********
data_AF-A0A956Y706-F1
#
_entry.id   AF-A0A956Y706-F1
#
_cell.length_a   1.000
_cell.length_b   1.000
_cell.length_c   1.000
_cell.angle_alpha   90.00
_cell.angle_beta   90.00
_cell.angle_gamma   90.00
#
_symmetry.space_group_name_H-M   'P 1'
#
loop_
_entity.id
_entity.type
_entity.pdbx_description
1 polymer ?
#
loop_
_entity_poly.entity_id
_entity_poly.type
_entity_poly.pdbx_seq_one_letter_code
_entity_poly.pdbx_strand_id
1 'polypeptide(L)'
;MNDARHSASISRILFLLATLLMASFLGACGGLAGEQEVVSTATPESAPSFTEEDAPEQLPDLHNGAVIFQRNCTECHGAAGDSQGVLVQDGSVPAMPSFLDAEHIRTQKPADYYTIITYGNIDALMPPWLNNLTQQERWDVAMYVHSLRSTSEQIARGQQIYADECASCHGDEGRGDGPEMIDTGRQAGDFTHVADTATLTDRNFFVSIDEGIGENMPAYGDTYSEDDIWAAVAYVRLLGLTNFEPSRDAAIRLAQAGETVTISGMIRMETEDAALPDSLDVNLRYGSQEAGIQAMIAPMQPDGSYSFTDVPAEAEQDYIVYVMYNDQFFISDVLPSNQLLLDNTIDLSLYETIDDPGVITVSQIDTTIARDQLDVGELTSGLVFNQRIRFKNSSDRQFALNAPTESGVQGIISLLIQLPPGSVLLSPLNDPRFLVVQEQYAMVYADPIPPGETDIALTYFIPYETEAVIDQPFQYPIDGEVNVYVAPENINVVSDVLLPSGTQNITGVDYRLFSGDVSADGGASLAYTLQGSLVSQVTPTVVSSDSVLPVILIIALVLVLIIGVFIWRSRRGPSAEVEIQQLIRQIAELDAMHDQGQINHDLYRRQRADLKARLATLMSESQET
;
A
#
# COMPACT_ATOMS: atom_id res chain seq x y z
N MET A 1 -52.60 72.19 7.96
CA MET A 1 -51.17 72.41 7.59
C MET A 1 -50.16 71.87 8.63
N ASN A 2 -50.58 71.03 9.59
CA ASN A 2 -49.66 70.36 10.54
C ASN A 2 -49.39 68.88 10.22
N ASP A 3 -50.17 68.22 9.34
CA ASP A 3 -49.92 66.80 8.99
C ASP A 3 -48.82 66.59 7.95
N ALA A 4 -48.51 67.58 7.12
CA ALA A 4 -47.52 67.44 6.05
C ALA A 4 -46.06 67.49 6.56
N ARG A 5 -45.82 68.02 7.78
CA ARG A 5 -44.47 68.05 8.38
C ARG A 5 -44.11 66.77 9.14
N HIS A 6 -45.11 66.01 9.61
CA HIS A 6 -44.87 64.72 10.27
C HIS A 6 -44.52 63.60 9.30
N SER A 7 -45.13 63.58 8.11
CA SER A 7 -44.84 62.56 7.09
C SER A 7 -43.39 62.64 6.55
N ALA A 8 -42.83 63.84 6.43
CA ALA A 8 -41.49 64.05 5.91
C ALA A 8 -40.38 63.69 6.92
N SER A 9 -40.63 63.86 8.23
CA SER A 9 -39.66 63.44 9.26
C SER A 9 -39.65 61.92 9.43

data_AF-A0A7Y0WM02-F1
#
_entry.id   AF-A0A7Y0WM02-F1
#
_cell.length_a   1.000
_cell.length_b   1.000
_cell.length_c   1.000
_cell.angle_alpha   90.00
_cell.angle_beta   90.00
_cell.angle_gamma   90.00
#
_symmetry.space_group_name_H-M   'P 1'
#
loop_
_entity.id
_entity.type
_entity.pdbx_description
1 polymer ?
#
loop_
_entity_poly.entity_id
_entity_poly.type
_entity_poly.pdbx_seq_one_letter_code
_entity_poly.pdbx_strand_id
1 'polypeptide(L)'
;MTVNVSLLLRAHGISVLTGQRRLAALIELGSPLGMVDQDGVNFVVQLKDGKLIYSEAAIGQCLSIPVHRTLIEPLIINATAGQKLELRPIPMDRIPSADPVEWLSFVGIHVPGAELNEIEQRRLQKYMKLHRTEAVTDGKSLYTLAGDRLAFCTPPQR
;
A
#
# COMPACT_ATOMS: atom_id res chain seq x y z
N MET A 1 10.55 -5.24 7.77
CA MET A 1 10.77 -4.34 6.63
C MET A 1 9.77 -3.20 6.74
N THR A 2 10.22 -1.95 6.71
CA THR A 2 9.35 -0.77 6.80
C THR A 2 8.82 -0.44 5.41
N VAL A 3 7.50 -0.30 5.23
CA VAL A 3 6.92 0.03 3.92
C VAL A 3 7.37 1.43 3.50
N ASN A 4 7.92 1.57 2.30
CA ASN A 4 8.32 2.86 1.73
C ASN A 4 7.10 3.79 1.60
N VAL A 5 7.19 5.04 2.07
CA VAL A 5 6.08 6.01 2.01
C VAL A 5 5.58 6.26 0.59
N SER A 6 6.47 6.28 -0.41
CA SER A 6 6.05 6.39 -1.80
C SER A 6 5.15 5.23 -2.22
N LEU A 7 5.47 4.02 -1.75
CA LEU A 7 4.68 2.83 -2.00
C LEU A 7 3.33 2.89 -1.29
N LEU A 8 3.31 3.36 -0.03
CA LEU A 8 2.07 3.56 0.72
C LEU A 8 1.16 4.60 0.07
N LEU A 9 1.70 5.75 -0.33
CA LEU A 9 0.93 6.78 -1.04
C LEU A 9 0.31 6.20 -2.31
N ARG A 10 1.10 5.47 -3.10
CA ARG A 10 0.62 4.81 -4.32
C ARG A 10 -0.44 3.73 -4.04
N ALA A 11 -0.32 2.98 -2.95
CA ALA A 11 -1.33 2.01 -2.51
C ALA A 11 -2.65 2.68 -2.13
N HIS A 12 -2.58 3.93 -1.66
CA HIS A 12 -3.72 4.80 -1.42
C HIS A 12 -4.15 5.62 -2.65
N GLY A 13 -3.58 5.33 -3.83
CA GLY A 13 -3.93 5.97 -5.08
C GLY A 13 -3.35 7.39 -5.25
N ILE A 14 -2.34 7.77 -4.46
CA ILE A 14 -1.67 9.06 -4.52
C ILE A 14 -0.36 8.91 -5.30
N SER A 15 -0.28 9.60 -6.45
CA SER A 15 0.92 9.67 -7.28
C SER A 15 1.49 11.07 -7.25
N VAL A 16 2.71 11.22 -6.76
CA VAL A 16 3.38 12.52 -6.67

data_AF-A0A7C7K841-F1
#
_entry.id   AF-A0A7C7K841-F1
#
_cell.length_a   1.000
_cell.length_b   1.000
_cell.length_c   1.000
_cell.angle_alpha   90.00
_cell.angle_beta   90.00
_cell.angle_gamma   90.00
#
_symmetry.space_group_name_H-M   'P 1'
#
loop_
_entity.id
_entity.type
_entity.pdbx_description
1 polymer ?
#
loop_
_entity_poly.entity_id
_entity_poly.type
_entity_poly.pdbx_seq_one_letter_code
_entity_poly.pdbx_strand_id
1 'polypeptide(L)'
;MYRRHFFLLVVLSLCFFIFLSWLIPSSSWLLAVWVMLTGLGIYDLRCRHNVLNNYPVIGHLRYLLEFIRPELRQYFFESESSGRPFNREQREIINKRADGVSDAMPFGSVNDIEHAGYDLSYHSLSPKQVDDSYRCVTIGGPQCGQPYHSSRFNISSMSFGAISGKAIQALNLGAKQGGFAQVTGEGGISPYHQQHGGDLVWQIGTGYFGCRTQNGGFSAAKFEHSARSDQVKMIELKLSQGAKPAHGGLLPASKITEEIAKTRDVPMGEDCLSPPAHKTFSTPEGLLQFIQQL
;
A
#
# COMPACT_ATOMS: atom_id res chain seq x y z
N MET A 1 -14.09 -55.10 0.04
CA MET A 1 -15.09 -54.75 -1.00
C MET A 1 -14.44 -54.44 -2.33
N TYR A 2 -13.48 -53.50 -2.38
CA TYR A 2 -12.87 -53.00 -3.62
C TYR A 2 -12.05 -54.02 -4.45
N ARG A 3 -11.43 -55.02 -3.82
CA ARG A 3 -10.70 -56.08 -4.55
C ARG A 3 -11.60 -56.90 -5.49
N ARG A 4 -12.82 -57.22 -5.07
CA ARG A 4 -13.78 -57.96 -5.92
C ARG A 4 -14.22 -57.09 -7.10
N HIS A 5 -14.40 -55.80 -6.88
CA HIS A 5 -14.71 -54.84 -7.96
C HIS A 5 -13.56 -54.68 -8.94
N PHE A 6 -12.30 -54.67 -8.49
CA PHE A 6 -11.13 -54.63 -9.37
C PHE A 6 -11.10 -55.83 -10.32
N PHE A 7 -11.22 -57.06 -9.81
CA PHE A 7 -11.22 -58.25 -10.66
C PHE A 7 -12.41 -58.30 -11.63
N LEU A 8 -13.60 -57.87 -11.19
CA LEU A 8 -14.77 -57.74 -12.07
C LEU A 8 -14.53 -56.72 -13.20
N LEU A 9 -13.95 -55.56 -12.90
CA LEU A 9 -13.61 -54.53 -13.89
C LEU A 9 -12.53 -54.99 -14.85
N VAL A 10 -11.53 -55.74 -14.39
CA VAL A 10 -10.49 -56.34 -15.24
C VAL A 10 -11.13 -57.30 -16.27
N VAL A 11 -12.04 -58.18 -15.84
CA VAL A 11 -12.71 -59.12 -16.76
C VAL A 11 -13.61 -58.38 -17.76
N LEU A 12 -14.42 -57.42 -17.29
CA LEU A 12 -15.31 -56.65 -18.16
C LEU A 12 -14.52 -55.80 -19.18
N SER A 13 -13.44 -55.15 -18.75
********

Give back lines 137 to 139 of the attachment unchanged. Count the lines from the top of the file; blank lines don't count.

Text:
_entry.id   AF-A0A7C7K841-F1
#
_cell.length_a   1.000